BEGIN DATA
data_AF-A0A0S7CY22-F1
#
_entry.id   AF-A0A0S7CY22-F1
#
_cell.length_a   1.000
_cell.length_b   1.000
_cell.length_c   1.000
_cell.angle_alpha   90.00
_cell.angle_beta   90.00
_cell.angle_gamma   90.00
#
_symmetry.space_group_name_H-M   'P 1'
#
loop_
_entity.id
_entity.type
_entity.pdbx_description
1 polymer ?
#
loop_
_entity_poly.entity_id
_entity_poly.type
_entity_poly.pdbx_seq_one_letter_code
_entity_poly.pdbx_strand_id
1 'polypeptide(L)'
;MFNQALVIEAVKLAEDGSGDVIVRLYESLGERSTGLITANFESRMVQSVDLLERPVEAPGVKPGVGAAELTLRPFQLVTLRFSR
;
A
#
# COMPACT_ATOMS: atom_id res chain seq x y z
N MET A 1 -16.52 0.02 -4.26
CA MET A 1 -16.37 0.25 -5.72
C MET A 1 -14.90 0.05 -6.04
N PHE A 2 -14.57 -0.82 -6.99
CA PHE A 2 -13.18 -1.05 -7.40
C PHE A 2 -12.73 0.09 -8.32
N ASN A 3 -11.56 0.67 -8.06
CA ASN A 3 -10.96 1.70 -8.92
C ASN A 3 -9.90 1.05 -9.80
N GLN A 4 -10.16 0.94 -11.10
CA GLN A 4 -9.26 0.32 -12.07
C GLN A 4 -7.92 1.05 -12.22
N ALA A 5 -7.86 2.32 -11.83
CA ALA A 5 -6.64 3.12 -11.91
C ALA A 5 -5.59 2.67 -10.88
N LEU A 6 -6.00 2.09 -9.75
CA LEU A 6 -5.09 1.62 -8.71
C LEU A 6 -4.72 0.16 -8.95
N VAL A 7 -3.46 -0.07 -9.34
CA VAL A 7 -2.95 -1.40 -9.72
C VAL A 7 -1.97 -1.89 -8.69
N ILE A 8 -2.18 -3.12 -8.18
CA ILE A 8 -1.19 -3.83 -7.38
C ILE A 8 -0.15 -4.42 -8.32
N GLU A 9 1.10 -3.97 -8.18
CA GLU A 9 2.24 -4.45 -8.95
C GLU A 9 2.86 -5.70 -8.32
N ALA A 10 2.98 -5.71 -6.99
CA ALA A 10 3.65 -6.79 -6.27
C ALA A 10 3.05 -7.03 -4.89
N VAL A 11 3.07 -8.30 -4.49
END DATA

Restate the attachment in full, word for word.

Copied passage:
data_AF-A0A0S7CY22-F1
#
_entry.id   AF-A0A0S7CY22-F1
#
_cell.length_a   1.000
_cell.length_b   1.000
_cell.length_c   1.000
_cell.angle_alpha   90.00
_cell.angle_beta   90.00
_cell.angle_gamma   90.00
#
_symmetry.space_group_name_H-M   'P 1'
#
loop_
_entity.id
_entity.type
_entity.pdbx_description
1 polymer ?
#
loop_
_entity_poly.entity_id
_entity_poly.type
_entity_poly.pdbx_seq_one_letter_code
_entity_poly.pdbx_strand_id
1 'polypeptide(L)'
;MFNQALVIEAVKLAEDGSGDVIVRLYESLGERSTGLITANFESRMVQSVDLLERPVEAPGVKPGVGAAELTLRPFQLVTLRFSR
;
A
#
# COMPACT_ATOMS: atom_id res chain seq x y z
N MET A 1 -16.52 0.02 -4.26
CA MET A 1 -16.37 0.25 -5.72
C MET A 1 -14.90 0.05 -6.04
N PHE A 2 -14.57 -0.82 -6.99
CA PHE A 2 -13.18 -1.05 -7.40
C PHE A 2 -12.73 0.09 -8.32
N ASN A 3 -11.56 0.67 -8.06
CA ASN A 3 -10.96 1.70 -8.92
C ASN A 3 -9.90 1.05 -9.80
N GLN A 4 -10.16 0.94 -11.10
CA GLN A 4 -9.26 0.32 -12.07
C GLN A 4 -7.92 1.05 -12.22
N ALA A 5 -7.86 2.32 -11.83
CA ALA A 5 -6.64 3.12 -11.91
C ALA A 5 -5.59 2.67 -10.88
N LEU A 6 -6.00 2.09 -9.75
CA LEU A 6 -5.09 1.62 -8.71
C LEU A 6 -4.72 0.16 -8.95
N VAL A 7 -3.46 -0.07 -9.34
CA VAL A 7 -2.95 -1.40 -9.72
C VAL A 7 -1.97 -1.89 -8.69
N ILE A 8 -2.18 -3.12 -8.18
CA ILE A 8 -1.19 -3.83 -7.38
C ILE A 8 -0.15 -4.42 -8.32
N GLU A 9 1.10 -3.97 -8.18
CA GLU A 9 2.24 -4.45 -8.95
C GLU A 9 2.86 -5.70 -8.32
N ALA A 10 2.98 -5.71 -6.99
CA ALA A 10 3.65 -6.79 -6.27
C ALA A 10 3.05 -7.03 -4.89
N VAL A 11 3.07 -8.30 -4.49